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Promoters' settlement paves way for Pacquiao-Barrera II

Top Rank and Golden Boy Promotions, bitter promotional rivals whose ongoing feud was holding boxing fans hostage because they refused to match their fighters, reached a peace accord Friday after two weeks of court-ordered mediation.

The settlement, reached Wednesday and signed Friday, was jointly announced by the companies Friday. It puts to bed several lawsuits between the firms, including the one at the center of the dispute: ownership of the promotional rights to junior lightweight star Manny Pacquiao, who had signed contracts with both companies before pledging loyalty to Top Rank.

I'm absolutely relieved this is behind us and that we will work together to make some great fights. I think it's tremendous for boxing.

-- Bob Arum

Neither side would discuss specific terms of the deal because of a confidentiality agreement.

"I'm absolutely relieved this is behind us and that we will work together to make some great fights," Top Rank promoter Bob Arum told ESPN.com. "I think it's tremendous for boxing."

Richard Schaefer, CEO of Oscar De La Hoya's Golden Boy, echoed Arum's sentiments, telling ESPN.com, "We are very pleased that we were able to do this. Boxing is the big winner. It's an important day for boxing when you have two of the biggest promotional companies settling their differences and moving on to do things together. We can bring fans great fights. Top Rank and Golden Boy working together is great news for the sport."

Their first fight together under the settlement is a big one. In announcing the settlement, they also announced that Pacquiao would meet Golden Boy's Marco Antonio Barrera in a rematch on Oct. 6 at Mandalay Bay in Las Vegas. Pacquiao knocked out Barrera in 2003 to launch himself to stardom in the United States.

Under terms of the settlement, bouts between Pacquiao and Golden Boy fighters will be co-promoted by the companies. If Pacquiao fights an opponent outside of Golden Boy's stable, Top Rank will promote the fight with Golden Boy being paid on the event.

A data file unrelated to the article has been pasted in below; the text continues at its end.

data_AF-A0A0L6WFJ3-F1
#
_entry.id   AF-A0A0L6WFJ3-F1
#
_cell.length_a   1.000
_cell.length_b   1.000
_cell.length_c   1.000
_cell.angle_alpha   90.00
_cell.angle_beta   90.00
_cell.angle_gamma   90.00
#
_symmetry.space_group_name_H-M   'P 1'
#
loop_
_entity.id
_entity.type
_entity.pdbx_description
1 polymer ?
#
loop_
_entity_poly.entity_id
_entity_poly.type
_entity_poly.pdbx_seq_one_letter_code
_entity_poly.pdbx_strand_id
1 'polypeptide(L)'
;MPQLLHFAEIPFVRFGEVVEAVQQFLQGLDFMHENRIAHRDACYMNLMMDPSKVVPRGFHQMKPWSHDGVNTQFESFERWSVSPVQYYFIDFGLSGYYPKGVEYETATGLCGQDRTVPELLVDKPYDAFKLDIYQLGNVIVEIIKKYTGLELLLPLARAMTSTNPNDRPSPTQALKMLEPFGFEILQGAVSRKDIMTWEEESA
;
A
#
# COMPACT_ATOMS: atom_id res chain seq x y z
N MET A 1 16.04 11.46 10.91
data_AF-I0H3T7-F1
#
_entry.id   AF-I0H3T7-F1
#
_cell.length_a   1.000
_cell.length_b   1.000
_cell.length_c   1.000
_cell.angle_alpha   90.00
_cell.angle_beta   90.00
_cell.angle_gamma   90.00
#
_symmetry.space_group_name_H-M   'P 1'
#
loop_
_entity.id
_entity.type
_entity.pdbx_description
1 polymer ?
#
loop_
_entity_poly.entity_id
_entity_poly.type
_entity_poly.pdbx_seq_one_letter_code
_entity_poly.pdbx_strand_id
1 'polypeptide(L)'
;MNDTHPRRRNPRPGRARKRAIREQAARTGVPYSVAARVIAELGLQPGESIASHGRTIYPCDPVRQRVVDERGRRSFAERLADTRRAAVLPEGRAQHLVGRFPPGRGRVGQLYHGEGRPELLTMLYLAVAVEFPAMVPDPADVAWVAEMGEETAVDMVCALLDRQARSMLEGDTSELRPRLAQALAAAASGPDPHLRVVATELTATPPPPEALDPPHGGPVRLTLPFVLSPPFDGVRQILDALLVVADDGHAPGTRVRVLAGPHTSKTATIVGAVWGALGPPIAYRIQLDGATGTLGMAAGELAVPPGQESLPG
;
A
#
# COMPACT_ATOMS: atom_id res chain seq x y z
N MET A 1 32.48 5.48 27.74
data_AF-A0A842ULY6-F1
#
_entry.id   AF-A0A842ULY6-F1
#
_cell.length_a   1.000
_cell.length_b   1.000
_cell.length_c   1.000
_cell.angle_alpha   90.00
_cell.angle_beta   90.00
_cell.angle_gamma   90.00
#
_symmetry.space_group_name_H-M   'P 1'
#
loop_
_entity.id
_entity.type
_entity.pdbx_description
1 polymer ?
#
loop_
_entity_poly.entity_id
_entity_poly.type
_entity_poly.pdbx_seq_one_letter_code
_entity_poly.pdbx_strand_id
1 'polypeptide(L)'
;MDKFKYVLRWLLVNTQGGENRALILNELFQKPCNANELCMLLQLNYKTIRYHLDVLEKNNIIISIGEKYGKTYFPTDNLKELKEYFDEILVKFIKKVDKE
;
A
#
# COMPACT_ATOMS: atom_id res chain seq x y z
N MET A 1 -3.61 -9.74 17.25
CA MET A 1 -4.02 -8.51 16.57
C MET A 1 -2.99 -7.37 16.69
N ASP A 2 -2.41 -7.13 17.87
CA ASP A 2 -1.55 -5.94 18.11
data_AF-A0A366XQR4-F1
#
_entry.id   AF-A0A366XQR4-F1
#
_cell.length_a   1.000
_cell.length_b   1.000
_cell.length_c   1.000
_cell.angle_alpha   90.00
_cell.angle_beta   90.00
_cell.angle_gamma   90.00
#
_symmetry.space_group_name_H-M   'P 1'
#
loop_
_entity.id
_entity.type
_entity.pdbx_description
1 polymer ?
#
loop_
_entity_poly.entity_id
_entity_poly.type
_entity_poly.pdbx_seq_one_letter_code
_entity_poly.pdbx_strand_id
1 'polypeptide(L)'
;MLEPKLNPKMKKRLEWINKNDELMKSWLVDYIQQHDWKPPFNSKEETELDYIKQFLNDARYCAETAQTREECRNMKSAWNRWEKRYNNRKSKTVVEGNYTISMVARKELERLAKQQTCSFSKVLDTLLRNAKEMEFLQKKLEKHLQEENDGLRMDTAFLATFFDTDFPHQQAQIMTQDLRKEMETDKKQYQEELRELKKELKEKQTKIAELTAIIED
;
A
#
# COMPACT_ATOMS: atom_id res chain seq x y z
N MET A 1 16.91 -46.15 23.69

Arum said once the sides agreed to the structure of the settlement, he and Schaefer made the Pacquiao-Barrera rematch in a few minutes over lunch Wednesday in Las Vegas.

"The big picture is that it will enable so many fights to be made quite easily because Schaefer and I are both business people. We're not going to waste time on petty issues like a lot of promoters. We made Pacquiao-Barrera at lunch in 10 minutes."

Arum and Schaefer both gave credit to mediator Daniel Weinstein. Without his involvement, they said they are doubtful they would have come to an agreement.

"He played a very instrumental role," Schaefer said of the retired judge. "If not for him, I don't think we could have done this. He really took ownership of the case and understood how delicate it was."

Said Arum, "Anybody who tells somebody not to use a mediator in this kind of situation is out of their mind. This guy was tremendous in getting both of us to realize how destructive our conduct was and how productive it would be to work together. You need a guy like that to mediate the dispute and see the broader picture."

The settlement resolved other lawsuits between the companies besides just the issue of Pacquiao's promotional rights. Also settled was Arum's suit over revenue related to De La Hoya's 2006 fight with Ricardo Mayorga and Golden Boy's suit against Arum over accounting issues related to past De La Hoya bouts.

"We were able to settle and move on," Schaefer said. "Oscar is very happy. Now, you suddenly have Oscar and Bob promoting events together. Those two guys doing it together is big."

Arum promoted De La Hoya for most of his career, but bitterness arose when De La Hoya left Top Rank to found Golden Boy, which competed directly with Top Rank for fighters and television dates. Arum, who has yet to speak to De La Hoya since the settlement, said as far as he is concerned the bad blood is in the past.

"I'd be a fool if I didn't work with Oscar," Arum said. "Schaefer and I both said everything that has gone on in the past is behind us and we just look to the future."

There are other big fights to be made between the companies besides Pacquiao-Barrera II. Pacquiao's other big-name opponent is another Golden Boy fighter, junior lightweight champ Juan Manuel Marquez. There are also potential matches between welterweight stars Miguel Cotto and Shane Mosley, junior lightweights Humberto Soto and Joan Guzman and junior bantamweights Fernando Montiel and Jorge Arce. Another possible fight is a fourth bout between rivals Barrera and Erik Morales.

"There are a lot of good fights we can do together that fans want to see," Schaefer said.

Dan Rafael is the boxing writer for ESPN.com.